Many new cars on UK roads emit more CO2 than older vehicles, according to new research.
Consumer group Which? claimed its tests show the latest petrol, diesel and hybrid cars are producing an average of 7% more CO2 than models released in 2017.
This is despite the UK’s pledge to become net zero for greenhouse gas emissions by 2050.
Which? looked at all 292 car models it has tested since the start of 2017 and found that typical CO2 emissions have increased from 151.6g/km to 162.1g/km.
A rise in CO2 emissions was seen across almost all car classes and fuel types.
Small petrol cars saw an average increase of 11%, while mid-size petrol SUVs rose by 20% and petrol-hybrid cars recorded a typical rise of 32%.
Which? said its findings show that cars produce more CO2 in its own tests than under official examinations.
Researchers believe for rise in carbon emissions could be due to the extra weight of modern cars, caused by an increase in size and additional technology systems.
The analysis did find that emissions linked to harming human health such as NOx (oxides of nitrogen) and CO (carbon monoxide) are a fraction of what they were in the latest models compared with those released in recent years.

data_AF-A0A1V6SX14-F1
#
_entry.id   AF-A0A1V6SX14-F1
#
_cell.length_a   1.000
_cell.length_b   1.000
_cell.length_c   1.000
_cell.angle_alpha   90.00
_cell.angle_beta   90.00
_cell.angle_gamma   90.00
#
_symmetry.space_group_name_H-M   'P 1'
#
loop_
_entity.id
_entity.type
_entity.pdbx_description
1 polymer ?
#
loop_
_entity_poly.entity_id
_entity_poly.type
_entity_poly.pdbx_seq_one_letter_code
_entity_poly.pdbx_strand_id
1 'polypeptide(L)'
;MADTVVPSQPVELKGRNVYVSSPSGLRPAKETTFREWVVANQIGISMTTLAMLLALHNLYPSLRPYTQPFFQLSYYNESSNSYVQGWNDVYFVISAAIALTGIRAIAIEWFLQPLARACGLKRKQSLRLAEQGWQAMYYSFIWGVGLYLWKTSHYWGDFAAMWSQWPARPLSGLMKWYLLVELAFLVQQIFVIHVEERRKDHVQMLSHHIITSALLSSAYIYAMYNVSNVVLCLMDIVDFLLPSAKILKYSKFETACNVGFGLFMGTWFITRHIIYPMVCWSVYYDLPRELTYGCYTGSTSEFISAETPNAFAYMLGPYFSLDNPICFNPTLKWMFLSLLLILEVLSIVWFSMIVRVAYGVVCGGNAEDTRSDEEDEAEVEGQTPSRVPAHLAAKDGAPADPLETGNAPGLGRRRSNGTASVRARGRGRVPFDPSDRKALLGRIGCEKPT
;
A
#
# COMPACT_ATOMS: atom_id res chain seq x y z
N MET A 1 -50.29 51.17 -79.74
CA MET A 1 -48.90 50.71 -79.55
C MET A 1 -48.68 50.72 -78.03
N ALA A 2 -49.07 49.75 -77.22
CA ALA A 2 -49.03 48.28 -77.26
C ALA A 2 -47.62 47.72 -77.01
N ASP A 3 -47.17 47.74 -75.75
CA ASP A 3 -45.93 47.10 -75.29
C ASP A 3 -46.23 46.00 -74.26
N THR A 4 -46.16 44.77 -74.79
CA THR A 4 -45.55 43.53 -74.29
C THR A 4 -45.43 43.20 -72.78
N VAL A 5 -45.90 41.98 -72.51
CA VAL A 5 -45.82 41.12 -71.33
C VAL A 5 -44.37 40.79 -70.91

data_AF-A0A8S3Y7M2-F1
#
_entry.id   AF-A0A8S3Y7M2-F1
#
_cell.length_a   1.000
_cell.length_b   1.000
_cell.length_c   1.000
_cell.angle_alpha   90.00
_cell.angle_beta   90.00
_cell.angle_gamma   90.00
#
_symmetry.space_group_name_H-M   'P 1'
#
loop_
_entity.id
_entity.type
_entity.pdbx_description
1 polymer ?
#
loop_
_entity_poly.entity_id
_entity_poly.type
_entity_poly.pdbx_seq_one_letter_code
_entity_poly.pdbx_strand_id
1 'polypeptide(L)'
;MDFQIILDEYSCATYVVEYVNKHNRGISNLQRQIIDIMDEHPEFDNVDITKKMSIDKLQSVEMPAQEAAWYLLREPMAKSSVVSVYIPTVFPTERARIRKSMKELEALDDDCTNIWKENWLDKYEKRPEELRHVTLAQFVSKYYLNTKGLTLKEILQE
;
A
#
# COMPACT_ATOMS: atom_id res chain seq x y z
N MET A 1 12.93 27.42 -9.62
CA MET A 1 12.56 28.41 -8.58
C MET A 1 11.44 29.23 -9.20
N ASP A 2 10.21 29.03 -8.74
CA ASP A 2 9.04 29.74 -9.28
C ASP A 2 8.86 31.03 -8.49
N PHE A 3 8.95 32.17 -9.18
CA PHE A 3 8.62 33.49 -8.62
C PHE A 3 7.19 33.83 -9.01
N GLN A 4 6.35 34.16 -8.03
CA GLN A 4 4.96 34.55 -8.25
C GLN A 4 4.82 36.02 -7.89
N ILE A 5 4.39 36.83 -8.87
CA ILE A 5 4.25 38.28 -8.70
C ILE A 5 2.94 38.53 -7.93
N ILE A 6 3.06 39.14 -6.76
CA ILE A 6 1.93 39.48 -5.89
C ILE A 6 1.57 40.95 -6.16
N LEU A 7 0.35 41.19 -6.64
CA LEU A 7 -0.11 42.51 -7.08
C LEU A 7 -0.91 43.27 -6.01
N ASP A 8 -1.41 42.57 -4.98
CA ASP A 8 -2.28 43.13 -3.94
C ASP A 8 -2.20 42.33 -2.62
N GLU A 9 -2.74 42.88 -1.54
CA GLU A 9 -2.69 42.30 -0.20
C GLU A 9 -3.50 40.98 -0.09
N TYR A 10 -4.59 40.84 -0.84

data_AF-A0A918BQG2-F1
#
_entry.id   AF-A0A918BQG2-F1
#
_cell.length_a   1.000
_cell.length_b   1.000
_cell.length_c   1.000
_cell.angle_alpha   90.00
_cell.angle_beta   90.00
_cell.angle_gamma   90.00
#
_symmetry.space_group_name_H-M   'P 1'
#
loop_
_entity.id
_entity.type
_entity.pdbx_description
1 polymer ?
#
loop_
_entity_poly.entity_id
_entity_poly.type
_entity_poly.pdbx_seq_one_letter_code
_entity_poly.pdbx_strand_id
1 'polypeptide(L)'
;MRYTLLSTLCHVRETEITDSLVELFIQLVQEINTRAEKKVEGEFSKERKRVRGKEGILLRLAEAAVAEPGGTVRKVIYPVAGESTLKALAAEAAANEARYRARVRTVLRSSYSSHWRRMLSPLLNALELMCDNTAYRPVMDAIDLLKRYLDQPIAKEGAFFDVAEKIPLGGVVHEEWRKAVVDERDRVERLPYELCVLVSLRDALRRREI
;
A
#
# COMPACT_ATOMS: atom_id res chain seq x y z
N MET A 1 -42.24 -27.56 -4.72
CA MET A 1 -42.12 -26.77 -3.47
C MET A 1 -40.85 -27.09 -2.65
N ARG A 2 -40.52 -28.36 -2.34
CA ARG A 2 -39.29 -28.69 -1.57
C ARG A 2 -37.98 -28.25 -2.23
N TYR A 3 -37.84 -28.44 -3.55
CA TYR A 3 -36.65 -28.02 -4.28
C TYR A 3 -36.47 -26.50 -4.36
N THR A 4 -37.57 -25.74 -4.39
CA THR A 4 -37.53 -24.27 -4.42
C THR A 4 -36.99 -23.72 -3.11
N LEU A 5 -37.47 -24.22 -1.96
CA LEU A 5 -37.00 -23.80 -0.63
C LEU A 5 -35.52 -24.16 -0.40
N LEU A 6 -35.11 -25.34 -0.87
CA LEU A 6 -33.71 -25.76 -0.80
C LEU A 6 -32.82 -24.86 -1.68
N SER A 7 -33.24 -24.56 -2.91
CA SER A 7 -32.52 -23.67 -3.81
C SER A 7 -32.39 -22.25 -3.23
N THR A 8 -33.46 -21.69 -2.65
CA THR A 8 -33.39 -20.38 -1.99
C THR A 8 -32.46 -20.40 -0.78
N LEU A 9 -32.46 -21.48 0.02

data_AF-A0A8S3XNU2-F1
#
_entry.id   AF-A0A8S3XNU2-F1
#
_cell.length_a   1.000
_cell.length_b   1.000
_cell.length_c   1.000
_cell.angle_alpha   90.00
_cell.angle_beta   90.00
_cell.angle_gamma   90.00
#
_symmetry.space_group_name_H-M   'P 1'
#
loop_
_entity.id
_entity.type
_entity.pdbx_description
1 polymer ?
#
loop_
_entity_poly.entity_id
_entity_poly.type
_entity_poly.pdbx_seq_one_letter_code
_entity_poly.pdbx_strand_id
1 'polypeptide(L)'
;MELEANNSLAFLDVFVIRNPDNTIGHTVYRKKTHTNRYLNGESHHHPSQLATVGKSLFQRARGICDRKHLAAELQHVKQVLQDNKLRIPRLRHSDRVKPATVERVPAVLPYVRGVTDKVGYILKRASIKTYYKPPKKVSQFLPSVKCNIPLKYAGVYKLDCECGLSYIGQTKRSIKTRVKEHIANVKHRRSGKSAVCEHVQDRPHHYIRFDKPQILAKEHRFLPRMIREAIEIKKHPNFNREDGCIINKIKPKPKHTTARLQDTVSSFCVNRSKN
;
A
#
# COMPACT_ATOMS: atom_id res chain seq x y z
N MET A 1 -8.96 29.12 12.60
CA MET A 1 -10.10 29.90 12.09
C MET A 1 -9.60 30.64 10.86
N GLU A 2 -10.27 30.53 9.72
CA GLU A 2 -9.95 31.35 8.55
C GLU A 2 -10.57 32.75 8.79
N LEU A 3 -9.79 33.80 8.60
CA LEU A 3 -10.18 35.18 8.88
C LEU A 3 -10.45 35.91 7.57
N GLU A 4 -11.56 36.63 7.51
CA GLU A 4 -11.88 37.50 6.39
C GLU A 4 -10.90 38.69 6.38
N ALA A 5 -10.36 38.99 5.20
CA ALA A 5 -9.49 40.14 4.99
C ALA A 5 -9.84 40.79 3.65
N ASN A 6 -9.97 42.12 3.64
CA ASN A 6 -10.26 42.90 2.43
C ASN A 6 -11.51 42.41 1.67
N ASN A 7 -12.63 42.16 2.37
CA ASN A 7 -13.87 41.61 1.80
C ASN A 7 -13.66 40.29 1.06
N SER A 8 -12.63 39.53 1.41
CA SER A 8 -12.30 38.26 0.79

Lisa Barber, editor of Which? Magazine, said: “It is shocking to see our tests uncover increasing levels of carbon dioxide emissions for the latest cars that are being built and sold to UK consumers.
“Manufacturers must ensure that they are doing everything in their power to create cleaner vehicles that are fitter for our planet and its future.”
Mike Hawes, chief executive of automotive body the Society of Motor Manufacturers and Traders, said: “We can’t comment on the results of non-official tests by commercial organisations where the methodology is unclear.
“Only the official, Europe-wide WLTP test – the toughest and most comprehensive in the world – can be relied upon by consumers to accurately compare vehicles on a like-for-like and repeatable basis.
“This shows that new cars emit, on average, some 29.3% less CO2 than models produced in 2000, the effect of which drivers can see at the pump.”